Picking at her long nails, painted gold and black, Kayla Duggan speaks calmly as she recalls the darkest time in her life. It’s one familiar to thousands of women across the country.
Duggan tells her parenting counselors about the pain of catching only glimpses of her son growing up.
At age 3, Giovanni is now walking and talking, but a foster mother tucks him in at night.
Parenting for Duggan, as with thousands of other young mothers battling heroin addiction, has been reduced to a few hours in the park, when she grasps at small details and wonders: Why is her son wearing girls’ shorts? How did he get that bruise? What is Giovanni’s life like during those many hours and days when he is not with her?
"I'm missing the good stuff," said Duggan of Worcester, Massachusetts.
Fighting heroin is daunting for the estimated 435,000 Americans hooked by this epic addiction, but for women with children, seeking help forces some of them to make nearly impossible choices.
Like many who find that it takes multiple trips to rehab centers to beat their addictions, Duggan, 26, relapsed in her recovery program, and the state took her son into foster care.
Child welfare agents are considering putting Giovanni up for adoption if Duggan doesn’t agree to enter a residential treatment facility. But that would mean being away from her son for at least seven months, and probably longer. It also could leave her homeless, which would make it even harder to reclaim her son, even if she makes it through the program.
This is among the painful choices that many opiate-addicted women across the country wrestle with. Those who still have custody of their children find that in most cases, they can’t take their children with them to residential addiction treatment centers — even though that’s the kind of treatment that seems to work best for mothers with young children.
But kid-friendly centers are scarce. Across the country, there are 3,473 residential treatment centers, but just under 14 percent can accommodate mothers and their children, according to data from the Substance Abuse and Mental Health Services Administration, an arm of the U.S. Department of Health and Human Services created to reduce the effects of substance abuse and mental illness in America.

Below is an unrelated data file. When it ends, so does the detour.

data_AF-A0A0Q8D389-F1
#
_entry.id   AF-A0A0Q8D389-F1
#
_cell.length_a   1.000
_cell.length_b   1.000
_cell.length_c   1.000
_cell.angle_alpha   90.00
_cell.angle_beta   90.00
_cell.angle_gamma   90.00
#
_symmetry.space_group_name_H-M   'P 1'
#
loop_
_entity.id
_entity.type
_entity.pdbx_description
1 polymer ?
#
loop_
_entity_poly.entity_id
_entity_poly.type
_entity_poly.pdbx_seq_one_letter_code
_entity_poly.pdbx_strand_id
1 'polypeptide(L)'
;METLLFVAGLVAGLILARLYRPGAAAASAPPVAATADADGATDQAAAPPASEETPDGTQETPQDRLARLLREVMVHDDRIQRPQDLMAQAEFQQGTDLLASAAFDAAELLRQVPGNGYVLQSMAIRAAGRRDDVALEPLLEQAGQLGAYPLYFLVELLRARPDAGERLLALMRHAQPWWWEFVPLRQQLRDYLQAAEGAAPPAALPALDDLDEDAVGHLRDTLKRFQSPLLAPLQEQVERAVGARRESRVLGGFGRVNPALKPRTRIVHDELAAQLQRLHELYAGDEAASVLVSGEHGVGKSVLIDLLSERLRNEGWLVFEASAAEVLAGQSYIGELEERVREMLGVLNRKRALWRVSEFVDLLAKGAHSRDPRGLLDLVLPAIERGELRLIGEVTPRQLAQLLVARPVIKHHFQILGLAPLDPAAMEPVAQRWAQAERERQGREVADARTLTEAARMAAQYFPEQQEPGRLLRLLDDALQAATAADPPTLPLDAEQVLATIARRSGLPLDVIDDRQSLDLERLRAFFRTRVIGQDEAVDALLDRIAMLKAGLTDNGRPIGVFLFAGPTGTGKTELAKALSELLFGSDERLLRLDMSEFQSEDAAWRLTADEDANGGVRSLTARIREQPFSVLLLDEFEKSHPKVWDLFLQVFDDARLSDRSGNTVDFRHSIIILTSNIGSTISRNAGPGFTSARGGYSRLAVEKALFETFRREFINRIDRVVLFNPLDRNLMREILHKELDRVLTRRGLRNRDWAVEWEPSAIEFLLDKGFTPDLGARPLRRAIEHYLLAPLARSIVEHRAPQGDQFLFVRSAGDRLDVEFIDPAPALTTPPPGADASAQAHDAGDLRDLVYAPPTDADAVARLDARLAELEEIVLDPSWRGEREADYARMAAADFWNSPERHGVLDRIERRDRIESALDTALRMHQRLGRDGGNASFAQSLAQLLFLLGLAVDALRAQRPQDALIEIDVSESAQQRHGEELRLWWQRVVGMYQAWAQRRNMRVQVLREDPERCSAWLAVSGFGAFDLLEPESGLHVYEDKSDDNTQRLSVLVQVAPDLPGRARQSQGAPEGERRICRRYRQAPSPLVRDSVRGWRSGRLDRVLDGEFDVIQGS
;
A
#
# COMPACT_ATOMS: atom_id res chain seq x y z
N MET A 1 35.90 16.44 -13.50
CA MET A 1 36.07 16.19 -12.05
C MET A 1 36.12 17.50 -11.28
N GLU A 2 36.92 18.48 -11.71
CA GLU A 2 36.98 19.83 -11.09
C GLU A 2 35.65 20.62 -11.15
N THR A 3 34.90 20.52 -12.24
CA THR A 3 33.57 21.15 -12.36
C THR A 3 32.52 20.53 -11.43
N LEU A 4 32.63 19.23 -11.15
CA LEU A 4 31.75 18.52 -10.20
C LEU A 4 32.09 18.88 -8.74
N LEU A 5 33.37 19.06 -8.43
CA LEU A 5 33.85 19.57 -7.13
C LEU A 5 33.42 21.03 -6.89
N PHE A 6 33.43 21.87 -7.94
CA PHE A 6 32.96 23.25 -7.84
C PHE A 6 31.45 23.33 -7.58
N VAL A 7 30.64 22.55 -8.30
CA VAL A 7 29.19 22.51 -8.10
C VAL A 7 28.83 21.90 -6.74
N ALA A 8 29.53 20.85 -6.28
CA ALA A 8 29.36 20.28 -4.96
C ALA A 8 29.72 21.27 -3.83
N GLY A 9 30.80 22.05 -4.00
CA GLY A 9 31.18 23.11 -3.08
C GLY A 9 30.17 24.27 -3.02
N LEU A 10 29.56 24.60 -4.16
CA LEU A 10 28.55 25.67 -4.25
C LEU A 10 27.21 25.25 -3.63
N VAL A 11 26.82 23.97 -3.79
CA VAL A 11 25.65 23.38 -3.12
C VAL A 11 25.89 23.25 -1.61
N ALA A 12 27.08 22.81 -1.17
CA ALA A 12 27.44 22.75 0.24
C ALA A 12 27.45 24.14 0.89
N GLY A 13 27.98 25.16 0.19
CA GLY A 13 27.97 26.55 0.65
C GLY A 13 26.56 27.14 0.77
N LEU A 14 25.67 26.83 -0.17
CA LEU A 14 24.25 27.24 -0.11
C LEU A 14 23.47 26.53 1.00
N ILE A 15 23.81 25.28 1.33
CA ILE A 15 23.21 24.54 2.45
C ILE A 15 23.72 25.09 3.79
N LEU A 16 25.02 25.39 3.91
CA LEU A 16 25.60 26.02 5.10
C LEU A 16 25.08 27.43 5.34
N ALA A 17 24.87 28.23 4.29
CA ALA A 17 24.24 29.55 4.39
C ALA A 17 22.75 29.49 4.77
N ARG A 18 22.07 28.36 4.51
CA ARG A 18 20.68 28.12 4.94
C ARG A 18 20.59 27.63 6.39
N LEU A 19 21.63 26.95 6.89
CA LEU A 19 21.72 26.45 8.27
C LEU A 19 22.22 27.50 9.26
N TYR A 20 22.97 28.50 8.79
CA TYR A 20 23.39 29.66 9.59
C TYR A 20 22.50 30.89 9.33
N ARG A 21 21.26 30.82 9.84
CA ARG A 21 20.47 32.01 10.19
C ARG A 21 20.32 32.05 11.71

Even worse, the number of those centers dwindles each year.
In 1993, SAMHSA called the need for more treatment programs that accept women with their children "crystal clear." Today, as opiate addiction has become a national crisis, that advice still has not been heeded.
Centers that provide beds for moms and children struggle to keep funding, or they have weeks-long waiting lists. Drug-addicted moms fear that their children will be taken by social services.
With so few beds available, some moms just aren’t going for treatment. As a result, some land in prison and their kids end up in state care anyway.
When Brandi Shultz was arrested as a result of her heroin addiction, her son was able to stay with her family. But for other women, Shultz said, the problem is real. She's serving 4 ½ years at the Ohio Reformatory for Women near Columbus for drug trafficking.
"There should be a way for us as mothers to get our kids," said Shultz, 25. "It's either lose our kids or save our lives."
Making the choice
Sitting among Giovanni's toys in his old playroom, a room Kayla Duggan usually keeps sealed off, she talked about the struggle to fight and addiction and hold onto her child.
Compared to a decade ago, heroin use among women has increased by 100 percent, according to the Centers for Disease Control. With numbers on the rise, Dr. Kimberly Johnson, director of SAMHSA’s Center for Substance Abuse Treatment, said that drug treatment programs can’t keep up with need, particularly for women.
"Even though we are increasing the amount of services available, the need is increasing faster," Johnson said. "If a woman is seeking a gender-specific program, there is not that much availability to that."
Duggan had been down this path before. She gave up her first child for adoption. This time, though, Duggan is determined to be a parent to her son.
Duggan searched desperately for a program that would take in both her and Giovanni, similar to the one where she lived in 2012, and where she gave birth to her son.
Her search seemed futile. Either the waiting list was too long or her son was too old to go with her. Duggan's social worker suggested that she go to treatment alone, but that, Duggan said, could mean she'd never be reunited with her son.
Dr. Mark Libon, vice president of Behavioral Health Services at Dimock Community Health in Boston, said that going to treatment often benefits mothers, particularly in the eyes of the state.